It is with tremendous excitement that I can formally announce that my academic job search is over. Starting in August, I will be a tenure-track assistant professor in the Department of Mathematics at San Jose State University! My wife, Kate, and I are both very excited about the move.
Needless to say, it has been a very busy and stressful year. For those planning to embark on the same treacherous path, I will give you my timeline, which is common for the North American academic job market:
- I began compiling my documents and contacting reference writers in July.
- I submitted my first job application in late September.
- I had my first phone interview in mid-October.
- I had my first campus interview in mid-November.
- I attended the Joint Mathematics Meetings in January.
- I received the job offer from SJSU in late February.
In short, securing employment has been my full time job for over half a year. Each application package consisted of at least a cover letter, CV, research statement, and teaching statement, and a minimum of three letters of recommendation. Common additional documents included diversity statements, research summaries, preprints of recent papers, transcripts, and institution-specific compatibility statements.
And this is just the start of the process! Most schools will whittle their 200-700 applicants to a shortlist of 10-50 who will be invited for a phone/Skype/JMM interview. Of those fortunate people, 3-4 will be selected for a one-to-two-day long campus interview, during which they will be asked to meet various faculty members, the chair, and the dean of the college, and invited to give an hour-long research and/or teaching presentation.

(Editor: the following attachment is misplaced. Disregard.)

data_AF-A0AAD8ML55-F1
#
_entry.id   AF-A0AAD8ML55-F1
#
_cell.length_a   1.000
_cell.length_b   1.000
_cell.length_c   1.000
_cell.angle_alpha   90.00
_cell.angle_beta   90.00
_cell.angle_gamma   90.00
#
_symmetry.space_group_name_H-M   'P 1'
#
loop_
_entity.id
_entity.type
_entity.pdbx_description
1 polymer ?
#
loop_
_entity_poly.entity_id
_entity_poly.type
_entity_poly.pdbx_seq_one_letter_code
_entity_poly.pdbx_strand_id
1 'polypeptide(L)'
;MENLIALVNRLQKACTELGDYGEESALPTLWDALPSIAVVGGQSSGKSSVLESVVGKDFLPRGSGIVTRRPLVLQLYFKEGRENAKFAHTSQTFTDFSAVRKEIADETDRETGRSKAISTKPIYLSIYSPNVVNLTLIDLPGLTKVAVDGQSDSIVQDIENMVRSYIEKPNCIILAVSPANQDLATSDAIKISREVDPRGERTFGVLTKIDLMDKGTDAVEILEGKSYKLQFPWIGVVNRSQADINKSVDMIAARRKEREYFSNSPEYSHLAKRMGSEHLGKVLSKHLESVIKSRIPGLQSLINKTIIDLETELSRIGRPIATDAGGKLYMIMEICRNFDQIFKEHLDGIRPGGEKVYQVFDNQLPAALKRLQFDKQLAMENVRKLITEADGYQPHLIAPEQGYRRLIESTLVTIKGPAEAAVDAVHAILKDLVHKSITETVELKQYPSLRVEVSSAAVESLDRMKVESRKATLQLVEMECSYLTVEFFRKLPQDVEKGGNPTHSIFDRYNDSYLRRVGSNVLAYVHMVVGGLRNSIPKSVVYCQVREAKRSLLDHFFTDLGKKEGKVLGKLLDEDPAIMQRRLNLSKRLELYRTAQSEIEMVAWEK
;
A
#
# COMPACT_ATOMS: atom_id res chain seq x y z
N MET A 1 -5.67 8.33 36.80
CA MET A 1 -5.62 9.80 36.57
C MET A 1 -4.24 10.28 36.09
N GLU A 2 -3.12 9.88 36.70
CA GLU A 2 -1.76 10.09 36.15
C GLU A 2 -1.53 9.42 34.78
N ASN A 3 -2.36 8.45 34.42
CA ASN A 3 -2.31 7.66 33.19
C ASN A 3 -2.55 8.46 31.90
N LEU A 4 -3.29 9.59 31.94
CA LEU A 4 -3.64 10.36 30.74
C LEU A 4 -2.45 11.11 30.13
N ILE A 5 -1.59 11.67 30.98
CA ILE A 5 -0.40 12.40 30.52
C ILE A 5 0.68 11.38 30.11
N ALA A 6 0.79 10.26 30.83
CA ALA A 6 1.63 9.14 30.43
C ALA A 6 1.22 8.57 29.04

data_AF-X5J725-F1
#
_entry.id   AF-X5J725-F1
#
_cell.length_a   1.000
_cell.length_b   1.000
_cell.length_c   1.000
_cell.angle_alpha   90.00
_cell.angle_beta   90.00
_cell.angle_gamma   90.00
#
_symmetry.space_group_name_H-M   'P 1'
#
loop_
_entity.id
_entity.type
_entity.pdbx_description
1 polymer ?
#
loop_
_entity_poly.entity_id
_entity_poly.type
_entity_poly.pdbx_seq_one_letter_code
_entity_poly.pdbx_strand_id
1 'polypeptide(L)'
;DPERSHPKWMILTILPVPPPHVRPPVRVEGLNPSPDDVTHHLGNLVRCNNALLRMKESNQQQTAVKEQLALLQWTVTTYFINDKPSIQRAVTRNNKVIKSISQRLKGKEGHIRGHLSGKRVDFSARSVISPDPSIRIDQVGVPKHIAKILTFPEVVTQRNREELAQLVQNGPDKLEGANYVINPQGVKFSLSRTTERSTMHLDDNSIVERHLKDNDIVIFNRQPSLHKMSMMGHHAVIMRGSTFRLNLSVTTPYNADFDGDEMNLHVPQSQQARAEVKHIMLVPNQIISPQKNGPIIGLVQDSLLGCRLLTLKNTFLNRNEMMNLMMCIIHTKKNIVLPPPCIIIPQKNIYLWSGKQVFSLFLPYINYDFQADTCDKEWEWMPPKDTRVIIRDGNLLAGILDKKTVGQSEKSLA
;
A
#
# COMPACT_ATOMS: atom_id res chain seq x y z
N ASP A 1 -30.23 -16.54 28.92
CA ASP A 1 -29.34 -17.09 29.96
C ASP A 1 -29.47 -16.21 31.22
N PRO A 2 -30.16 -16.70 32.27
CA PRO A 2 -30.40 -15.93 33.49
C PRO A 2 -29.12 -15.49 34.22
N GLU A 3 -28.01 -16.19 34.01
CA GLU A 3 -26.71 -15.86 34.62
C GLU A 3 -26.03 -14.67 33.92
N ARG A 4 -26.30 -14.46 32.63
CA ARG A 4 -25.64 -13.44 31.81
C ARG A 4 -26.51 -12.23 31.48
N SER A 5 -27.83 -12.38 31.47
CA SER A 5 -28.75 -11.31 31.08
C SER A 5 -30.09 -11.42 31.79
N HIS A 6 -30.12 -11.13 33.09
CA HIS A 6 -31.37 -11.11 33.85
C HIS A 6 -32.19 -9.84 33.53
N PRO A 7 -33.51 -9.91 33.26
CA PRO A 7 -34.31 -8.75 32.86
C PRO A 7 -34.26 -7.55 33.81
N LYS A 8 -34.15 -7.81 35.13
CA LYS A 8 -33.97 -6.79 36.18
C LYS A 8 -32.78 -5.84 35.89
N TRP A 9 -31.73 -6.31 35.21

I knew these facts (and staggeringly low odds) going in, so I will not dwell on them here. I will, however, share a few of the things which surprised me during my application and interview experiences:
- The scattershot approach can work! All told, I applied to around 125 jobs, received approximately 30 phone/Skype/JMM interviews invitations, and received 10 campus interviews invitations (I declined several). I did occasionally expend extra energy lobbying for specific positions, but I found very little correlation between this effort and success going on to the next stage. My impression is that, if you have a strong application and a school want somebody with your particular skill set, they will find you.
- You will be type-cast. Institutions can tell what your priorities are and judge whether they fits their own. Liberal arts colleges, in particular, are wary of R1 and R2 applicants using their schools as a back-up plan if a research school does not work out. I interviewed with around a dozen schools at the Joint Mathematics Meetings but only received 2 campus interview invitations. Unsurprisingly, these offers came from the only two research-focused institutions which interviewed me there. They know who I am better than I do.
- It is a lot of fun. The application and interview process has afforded me the opportunity to have discussions with many interesting people, learn about mathematical biology related research areas I was only vaguely aware of, and gain insight into how my research is viewed by those on the outside. I have visited new cities, new states, new campuses, and dined very well. As stressful and exhausting as the process has been, it has been made significantly easier by the hospitality of these hiring committees.
Looking back now, I feel much more prepared for the rigors of academic life having gone through this gauntlet. And, of course, things could not have worked out better. I am joining a terrific department in a terrific city, and look forward to keeping everyone updated from the West Coast.